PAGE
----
1. Allow children to make some decisions. Be wary of toooo much clout. (You are the boss. You are wiser. You are not their best friend)
2. Parenting comes first. Best friends categories, often, means the parent or caregiver, or the child is filling a personal void. The child doesn't develop their own incentives, if parents organize the child's life around themselves. (Entitlements often creep in)
3. Set limits by having fewer options, especially, younger children.
Extreme parental styles lead to drug use and suicide, according to my Mayo Clinic teaching experience. Parents and or caregivers make the 'family' involved decisions with these last words heard,
"This is a family."
'Curve balls' lingering on my mind from the July 4th celebrations lead me to the perpetual parental learning curve for drug use. The "Makes us all happy" and the never, never land of expectations makes adult behavior acceptable. The mental-health sectors struggle with breaking the history of behavioral patterns for children.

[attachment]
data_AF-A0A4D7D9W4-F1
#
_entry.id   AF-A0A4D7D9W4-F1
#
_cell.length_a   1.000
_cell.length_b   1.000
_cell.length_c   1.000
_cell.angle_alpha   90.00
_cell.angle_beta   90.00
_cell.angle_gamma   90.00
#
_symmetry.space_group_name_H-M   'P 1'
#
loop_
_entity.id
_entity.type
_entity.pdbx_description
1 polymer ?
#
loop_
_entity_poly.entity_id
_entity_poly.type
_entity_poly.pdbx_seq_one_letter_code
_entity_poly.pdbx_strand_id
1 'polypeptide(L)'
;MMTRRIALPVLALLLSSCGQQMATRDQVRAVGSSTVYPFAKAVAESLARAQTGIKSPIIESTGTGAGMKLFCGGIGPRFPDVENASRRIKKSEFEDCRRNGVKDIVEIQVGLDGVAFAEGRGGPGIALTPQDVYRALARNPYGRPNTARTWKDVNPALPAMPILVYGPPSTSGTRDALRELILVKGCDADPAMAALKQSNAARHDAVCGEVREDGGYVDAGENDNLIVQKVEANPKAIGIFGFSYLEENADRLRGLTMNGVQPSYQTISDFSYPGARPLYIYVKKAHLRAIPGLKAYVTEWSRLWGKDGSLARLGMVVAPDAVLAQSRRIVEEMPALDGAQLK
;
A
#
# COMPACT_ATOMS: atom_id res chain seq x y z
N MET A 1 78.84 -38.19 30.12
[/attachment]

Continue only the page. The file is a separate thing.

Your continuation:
The "Bell Curve" helped my class, my mental-health patients, understand the "preachy, boring, 'spouty', brainy kid. I , only, drew the curve and scattered dots representing subjective measures of "like football as a sport" for children, friends, parents, and caregivers all over the board. I then drew a red curve through the general flow of dots. They could see that the skewed graph was similar to a bell. I, then, labeled the graph using the normal distribution theory of Charles Murray's Bell Curve - only, at face value- and chose a dot from the myriad dots in the "Some People" and labeled it Alan.